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Arora, C. Applications of Layered Double Hydroxide. Encyclopedia. Available online: (accessed on 20 June 2024).
Arora C. Applications of Layered Double Hydroxide. Encyclopedia. Available at: Accessed June 20, 2024.
Arora, Charu. "Applications of Layered Double Hydroxide" Encyclopedia, (accessed June 20, 2024).
Arora, C. (2023, June 09). Applications of Layered Double Hydroxide. In Encyclopedia.
Arora, Charu. "Applications of Layered Double Hydroxide." Encyclopedia. Web. 09 June, 2023.
Applications of Layered Double Hydroxide

Layered double hydroxides (LDHs), a type of synthetic clay with assorted potential applications, are deliberated upon in view of their specific properties, such as adsorbent-specific behavior, biocompatibility, fire-retardant capacity, and catalytic and anion exchange properties, among others. LDHs are materials with two-dimensional morphology, high porosity, and exceptionally tunable and exchangeable anionic particles with sensible interlayer spaces. The remarkable feature of LDHs is their flexibility in maintaining the interlayer spaces endowing them with the capacity to accommodate a variety of ionic species, suitable for many applications.

Layered double hydroxides, Sensing application, Pollutants removal, capacitors

1. Layered Double Hydroxides (LDHs) as Catalysts

LDHs prepared by conventional methods have attracted considerable interest in the fields of solid-phase catalysis as a support media. In earlier studies, LDHs were reported to be effective supports for Ziegler catalysts during olefin polymerization viz. LDHs with a series of possible combinations of metal ions mainly of Ni-Al, Mg-Zn-Al, Mg-Mn-Al, Mg-Co-Mn, Cu-Al, Co-Cr, Mg-Al-Cr and Mg-Al, calcined at 200 °C to 450 °C. Among these, Mg-Mn-Al–CO3-LDH heated at 473 K showed the highest catalytic activity of polyethylene production [1][2]. In another report, integrated vanadium oxide catalysts supported by calcined Mg-Al-LDHs were used for oxidative dehydrogenation of butane [3]. Similarly, vanadium oxide(V2O5)-impregnated Mg/Al hydrotalcite have been used for the synthesis of isobutyraldehyde from methanol and n-propanol in the vapor phase [4]. It has been demonstrated that calcined as well as uncalcined LDHs may be used as supports for noble metal catalysts [5]. With enhanced attention towards environmental and economic concerns, heterogeneous solid-base catalysts such as calcined LDHs have gain importance among scientists due to their ease of separation, recyclability, simple handling, and low cost [6]. Specifically, mixed oxide LDHs, due to their excellent ability to provide Bronsted base sites, have received attention, and are apt to replace homogeneous base catalysts, as they are more recyclable and environmentally benign. These are used for numerous organic reactions, such as various condensation reactions (Knoevenagel, Aldol, and Claisen–Schmidt) and addition reactions (Michael additions and Henry reactions), among others. Rock-salt-type LDHs possess additional weightage due to the availability of both acid and base sites, the strength, and relative amounts of which depend on the molar ratio of cations and calcination temperature. Concise reviews on the development of LDHs as precursors of multifunctional catalysts and catalytic materials has also been presented in the literature [7][8][9]. Copper (Cu)-containing LDH materials accompanying N-arylation have shown good yield at 100 °C to 160 °C. Likhar and coworkers examined the N-arylation of benzylamine and cycloalkyl amines with some chlorobenzenes substituted with an electron-withdrawing group over catalyst Cu-Al-LDH-K2CO3. Normally, the reaction yield is good to excellent (45–93%) at 100–160 °C for 8–16 h. They also noted that the presence of the electron-withdrawing group in chlorobenzene was a key for this reaction to take place [10]. It has been reported that secondary and tertiary amines can be oxidized with various oxidizing reagents over the catalyst with specifically increased alkalinity: intercalating OBu–anion in Mg-Al-LDH converts it from a weak base to stronger [11].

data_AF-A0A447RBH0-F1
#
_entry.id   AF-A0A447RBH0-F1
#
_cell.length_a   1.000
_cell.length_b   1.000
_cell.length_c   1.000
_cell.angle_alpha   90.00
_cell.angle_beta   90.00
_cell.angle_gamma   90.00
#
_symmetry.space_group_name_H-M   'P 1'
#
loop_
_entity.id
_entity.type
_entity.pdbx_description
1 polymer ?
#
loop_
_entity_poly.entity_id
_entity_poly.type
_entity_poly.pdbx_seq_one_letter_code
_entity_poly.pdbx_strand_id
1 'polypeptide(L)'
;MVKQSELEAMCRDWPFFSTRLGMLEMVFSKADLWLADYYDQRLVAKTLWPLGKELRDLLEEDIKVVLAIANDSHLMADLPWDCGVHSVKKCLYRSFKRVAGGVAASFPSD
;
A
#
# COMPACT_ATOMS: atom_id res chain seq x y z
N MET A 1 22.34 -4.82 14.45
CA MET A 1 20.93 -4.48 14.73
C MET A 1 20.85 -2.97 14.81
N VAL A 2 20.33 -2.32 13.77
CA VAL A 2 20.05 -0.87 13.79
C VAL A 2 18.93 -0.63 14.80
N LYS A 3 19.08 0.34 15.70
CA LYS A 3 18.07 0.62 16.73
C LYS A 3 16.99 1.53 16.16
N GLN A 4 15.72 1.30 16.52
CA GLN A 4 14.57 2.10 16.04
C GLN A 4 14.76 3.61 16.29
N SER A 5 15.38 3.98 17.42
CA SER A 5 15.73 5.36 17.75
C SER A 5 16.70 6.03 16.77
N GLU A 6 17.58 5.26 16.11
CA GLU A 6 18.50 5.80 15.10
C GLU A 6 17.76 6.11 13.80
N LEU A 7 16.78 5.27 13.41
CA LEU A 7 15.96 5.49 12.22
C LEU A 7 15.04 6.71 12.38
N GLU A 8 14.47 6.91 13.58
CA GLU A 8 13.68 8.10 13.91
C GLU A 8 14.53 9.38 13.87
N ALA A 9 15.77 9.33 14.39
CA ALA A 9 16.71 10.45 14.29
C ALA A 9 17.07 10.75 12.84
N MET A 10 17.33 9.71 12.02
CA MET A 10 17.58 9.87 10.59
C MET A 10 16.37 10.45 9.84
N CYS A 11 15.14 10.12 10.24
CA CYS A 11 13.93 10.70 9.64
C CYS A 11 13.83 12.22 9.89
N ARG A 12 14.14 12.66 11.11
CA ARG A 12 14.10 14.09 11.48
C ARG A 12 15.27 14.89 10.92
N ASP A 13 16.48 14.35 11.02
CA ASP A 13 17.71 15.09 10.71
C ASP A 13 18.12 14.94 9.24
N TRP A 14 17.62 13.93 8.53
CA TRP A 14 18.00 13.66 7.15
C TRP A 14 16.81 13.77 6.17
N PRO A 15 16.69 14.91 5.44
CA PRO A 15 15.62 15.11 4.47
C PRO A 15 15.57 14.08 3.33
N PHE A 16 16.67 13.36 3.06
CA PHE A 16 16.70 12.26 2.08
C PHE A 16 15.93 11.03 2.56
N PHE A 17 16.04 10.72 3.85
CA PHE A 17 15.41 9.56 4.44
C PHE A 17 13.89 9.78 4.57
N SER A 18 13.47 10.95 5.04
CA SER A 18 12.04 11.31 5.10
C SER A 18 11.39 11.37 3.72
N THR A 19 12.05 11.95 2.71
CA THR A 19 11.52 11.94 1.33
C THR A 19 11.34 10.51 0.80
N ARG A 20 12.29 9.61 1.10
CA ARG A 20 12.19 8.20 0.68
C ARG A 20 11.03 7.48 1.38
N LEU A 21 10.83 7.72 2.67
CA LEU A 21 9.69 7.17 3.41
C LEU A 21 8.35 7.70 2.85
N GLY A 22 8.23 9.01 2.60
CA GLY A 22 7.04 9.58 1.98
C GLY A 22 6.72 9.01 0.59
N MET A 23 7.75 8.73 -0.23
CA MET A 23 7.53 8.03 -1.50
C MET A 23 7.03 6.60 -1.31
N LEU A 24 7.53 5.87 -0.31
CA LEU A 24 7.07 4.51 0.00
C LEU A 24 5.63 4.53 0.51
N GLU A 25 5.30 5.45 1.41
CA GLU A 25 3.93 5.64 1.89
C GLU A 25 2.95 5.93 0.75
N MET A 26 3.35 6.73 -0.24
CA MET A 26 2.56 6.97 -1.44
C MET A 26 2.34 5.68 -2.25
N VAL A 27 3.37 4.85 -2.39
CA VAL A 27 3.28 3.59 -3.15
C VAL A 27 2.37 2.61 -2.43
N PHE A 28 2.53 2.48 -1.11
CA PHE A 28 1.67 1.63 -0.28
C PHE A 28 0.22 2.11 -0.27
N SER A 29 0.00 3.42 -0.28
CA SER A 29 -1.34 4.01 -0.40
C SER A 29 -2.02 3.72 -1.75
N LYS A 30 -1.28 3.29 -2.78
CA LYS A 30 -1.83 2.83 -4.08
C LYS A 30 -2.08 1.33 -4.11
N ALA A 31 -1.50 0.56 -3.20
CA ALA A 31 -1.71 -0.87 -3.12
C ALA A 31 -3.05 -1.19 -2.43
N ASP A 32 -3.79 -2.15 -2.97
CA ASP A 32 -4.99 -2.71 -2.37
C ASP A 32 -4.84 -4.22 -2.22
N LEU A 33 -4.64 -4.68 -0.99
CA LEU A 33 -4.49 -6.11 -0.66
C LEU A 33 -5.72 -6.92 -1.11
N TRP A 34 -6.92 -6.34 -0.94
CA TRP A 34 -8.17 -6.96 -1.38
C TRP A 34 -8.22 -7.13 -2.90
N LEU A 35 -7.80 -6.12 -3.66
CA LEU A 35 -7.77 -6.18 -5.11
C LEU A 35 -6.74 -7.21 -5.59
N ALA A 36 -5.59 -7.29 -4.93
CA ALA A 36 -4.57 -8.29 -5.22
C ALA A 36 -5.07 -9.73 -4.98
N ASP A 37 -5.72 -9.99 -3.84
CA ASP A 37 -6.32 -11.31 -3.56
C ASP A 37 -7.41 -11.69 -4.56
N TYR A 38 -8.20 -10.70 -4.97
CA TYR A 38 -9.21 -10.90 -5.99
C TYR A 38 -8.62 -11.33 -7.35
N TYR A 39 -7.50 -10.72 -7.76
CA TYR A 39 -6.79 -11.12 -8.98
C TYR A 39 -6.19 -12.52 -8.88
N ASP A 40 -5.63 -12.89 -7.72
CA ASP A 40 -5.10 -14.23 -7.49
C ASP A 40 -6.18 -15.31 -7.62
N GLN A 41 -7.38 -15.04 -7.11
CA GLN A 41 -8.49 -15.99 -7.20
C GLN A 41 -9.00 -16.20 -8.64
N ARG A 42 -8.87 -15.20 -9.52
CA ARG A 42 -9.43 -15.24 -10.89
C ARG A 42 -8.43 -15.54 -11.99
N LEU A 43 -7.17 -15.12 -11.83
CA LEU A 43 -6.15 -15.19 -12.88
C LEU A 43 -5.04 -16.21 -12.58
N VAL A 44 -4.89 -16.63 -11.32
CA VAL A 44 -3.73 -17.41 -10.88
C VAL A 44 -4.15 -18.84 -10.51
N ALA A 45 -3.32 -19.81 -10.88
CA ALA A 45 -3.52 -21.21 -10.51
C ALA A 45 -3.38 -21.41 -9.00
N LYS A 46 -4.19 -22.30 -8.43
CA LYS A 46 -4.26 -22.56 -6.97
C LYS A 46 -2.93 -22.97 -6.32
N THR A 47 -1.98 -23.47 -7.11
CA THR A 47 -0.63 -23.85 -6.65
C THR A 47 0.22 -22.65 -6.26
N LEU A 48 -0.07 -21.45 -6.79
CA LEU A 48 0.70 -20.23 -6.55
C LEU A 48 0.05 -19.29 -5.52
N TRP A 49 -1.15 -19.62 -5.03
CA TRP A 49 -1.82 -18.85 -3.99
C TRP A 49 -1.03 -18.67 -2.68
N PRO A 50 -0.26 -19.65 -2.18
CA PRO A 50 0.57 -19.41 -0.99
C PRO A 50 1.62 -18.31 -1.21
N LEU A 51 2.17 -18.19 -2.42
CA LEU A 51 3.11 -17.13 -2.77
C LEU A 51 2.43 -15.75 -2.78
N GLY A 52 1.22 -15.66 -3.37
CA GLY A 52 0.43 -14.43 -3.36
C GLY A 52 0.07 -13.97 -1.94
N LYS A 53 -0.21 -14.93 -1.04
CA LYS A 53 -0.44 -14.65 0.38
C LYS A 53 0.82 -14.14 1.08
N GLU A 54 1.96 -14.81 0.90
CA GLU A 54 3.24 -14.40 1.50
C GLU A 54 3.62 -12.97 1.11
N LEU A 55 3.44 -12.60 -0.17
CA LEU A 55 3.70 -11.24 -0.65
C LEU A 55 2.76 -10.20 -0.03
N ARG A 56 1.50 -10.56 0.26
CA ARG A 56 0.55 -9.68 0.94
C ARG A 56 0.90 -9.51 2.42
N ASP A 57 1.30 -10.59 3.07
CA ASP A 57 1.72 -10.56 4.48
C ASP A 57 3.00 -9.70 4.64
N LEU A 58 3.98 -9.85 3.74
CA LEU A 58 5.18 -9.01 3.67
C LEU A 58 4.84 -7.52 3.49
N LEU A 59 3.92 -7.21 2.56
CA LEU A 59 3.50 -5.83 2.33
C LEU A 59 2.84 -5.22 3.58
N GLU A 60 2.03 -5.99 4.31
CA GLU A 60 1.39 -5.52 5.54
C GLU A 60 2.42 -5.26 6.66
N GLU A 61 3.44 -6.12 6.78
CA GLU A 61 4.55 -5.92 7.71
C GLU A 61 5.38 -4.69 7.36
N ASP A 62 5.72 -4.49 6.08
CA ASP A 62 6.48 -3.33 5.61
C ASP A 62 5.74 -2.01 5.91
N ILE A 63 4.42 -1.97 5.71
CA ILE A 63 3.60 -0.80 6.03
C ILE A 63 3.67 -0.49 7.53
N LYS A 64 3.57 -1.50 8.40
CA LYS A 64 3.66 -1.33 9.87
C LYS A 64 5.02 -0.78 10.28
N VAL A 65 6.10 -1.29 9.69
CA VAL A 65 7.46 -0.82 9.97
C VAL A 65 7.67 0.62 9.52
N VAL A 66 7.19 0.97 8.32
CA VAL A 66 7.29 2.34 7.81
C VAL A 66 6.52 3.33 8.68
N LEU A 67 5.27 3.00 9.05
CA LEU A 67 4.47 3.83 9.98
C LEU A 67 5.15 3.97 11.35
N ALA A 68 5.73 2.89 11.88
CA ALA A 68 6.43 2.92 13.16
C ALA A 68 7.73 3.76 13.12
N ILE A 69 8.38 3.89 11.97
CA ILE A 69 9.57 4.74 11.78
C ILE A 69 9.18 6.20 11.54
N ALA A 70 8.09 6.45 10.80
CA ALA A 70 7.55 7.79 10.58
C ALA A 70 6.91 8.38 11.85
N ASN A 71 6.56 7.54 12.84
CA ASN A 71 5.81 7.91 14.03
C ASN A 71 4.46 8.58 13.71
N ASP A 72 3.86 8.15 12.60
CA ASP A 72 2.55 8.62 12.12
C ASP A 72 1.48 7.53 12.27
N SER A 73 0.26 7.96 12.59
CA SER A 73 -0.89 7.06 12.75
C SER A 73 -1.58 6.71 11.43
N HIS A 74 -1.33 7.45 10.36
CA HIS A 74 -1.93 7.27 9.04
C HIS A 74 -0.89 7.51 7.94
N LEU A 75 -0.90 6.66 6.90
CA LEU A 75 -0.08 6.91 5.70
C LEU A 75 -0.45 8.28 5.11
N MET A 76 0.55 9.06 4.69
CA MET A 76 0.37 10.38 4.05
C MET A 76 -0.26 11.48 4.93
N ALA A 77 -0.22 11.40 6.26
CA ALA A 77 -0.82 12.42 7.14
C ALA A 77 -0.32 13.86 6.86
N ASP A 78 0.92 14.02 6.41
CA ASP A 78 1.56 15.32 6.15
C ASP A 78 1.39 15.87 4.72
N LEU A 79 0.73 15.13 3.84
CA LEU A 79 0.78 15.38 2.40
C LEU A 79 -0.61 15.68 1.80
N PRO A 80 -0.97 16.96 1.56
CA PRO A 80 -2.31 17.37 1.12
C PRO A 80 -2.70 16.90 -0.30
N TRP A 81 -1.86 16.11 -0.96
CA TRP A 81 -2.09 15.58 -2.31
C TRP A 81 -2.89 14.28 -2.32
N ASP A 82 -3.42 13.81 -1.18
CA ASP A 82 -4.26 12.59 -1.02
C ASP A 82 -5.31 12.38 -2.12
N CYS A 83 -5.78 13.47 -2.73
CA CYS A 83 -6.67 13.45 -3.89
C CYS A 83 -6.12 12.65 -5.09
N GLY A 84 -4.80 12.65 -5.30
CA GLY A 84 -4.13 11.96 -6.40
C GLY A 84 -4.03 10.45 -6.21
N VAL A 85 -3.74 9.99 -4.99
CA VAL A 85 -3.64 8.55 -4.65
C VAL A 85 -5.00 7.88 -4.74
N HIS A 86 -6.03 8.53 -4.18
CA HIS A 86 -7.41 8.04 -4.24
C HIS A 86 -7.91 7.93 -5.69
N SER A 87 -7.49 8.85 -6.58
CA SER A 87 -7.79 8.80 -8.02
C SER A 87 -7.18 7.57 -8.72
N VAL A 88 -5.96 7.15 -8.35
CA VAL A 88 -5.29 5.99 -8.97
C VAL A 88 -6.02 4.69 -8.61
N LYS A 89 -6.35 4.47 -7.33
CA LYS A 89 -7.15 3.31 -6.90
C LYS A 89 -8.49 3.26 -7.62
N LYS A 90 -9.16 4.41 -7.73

2. Photocatalysis